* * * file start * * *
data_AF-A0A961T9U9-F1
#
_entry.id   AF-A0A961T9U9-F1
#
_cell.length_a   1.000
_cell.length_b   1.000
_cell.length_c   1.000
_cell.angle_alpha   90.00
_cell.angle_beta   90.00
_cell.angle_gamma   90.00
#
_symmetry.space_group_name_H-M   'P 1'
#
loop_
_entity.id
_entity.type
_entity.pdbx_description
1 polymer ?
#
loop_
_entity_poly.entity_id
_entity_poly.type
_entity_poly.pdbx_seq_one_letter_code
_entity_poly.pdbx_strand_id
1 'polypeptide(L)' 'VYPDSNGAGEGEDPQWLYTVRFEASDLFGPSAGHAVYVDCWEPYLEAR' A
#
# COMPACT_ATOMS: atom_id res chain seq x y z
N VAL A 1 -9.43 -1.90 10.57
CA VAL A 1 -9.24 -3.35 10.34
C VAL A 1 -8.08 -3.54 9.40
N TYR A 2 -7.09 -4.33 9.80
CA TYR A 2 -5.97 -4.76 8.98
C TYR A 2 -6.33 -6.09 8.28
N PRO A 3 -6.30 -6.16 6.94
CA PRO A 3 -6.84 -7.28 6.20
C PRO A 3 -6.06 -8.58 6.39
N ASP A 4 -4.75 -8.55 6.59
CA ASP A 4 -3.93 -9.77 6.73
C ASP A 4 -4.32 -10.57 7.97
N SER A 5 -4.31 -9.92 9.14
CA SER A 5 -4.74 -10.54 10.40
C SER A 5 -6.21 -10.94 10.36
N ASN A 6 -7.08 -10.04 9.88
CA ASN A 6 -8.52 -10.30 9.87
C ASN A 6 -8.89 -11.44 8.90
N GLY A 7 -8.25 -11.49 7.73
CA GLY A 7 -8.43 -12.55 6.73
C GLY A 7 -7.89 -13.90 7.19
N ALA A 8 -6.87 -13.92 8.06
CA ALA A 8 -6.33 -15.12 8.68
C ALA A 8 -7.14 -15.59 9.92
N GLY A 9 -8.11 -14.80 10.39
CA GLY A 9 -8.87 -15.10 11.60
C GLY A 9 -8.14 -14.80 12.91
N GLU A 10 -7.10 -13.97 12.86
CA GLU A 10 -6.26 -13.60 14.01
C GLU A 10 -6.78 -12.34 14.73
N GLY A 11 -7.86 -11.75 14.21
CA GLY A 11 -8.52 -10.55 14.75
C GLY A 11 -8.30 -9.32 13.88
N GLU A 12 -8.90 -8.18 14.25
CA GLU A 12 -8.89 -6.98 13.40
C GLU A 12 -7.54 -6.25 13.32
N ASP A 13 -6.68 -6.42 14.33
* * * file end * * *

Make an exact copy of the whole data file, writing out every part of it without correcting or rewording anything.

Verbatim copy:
data_AF-A0A961T9U9-F1
#
_entry.id   AF-A0A961T9U9-F1
#
_cell.length_a   1.000
_cell.length_b   1.000
_cell.length_c   1.000
_cell.angle_alpha   90.00
_cell.angle_beta   90.00
_cell.angle_gamma   90.00
#
_symmetry.space_group_name_H-M   'P 1'
#
loop_
_entity.id
_entity.type
_entity.pdbx_description
1 polymer ?
#
loop_
_entity_poly.entity_id
_entity_poly.type
_entity_poly.pdbx_seq_one_letter_code
_entity_poly.pdbx_strand_id
1 'polypeptide(L)' 'VYPDSNGAGEGEDPQWLYTVRFEASDLFGPSAGHAVYVDCWEPYLEAR' A
#
# COMPACT_ATOMS: atom_id res chain seq x y z
N VAL A 1 -9.43 -1.90 10.57
CA VAL A 1 -9.24 -3.35 10.34
C VAL A 1 -8.08 -3.54 9.40
N TYR A 2 -7.09 -4.33 9.80
CA TYR A 2 -5.97 -4.76 8.98
C TYR A 2 -6.33 -6.09 8.28
N PRO A 3 -6.30 -6.16 6.94
CA PRO A 3 -6.84 -7.28 6.20
C PRO A 3 -6.06 -8.58 6.39
N ASP A 4 -4.75 -8.55 6.59
CA ASP A 4 -3.93 -9.77 6.73
C ASP A 4 -4.32 -10.57 7.97
N SER A 5 -4.31 -9.92 9.14
CA SER A 5 -4.74 -10.54 10.40
C SER A 5 -6.21 -10.94 10.36
N ASN A 6 -7.08 -10.04 9.88
CA ASN A 6 -8.52 -10.30 9.87
C ASN A 6 -8.89 -11.44 8.90
N GLY A 7 -8.25 -11.49 7.73
CA GLY A 7 -8.43 -12.55 6.73
C GLY A 7 -7.89 -13.90 7.19
N ALA A 8 -6.87 -13.92 8.06
CA ALA A 8 -6.33 -15.12 8.68
C ALA A 8 -7.14 -15.59 9.92
N GLY A 9 -8.11 -14.80 10.39
CA GLY A 9 -8.87 -15.10 11.60
C GLY A 9 -8.14 -14.80 12.91
N GLU A 10 -7.10 -13.97 12.86
CA GLU A 10 -6.26 -13.60 14.01
C GLU A 10 -6.78 -12.34 14.73
N GLY A 11 -7.86 -11.75 14.21
CA GLY A 11 -8.52 -10.55 14.75
C GLY A 11 -8.30 -9.32 13.88
N GLU A 12 -8.90 -8.18 14.25
CA GLU A 12 -8.89 -6.98 13.40
C GLU A 12 -7.54 -6.25 13.32
N ASP A 13 -6.68 -6.42 14.33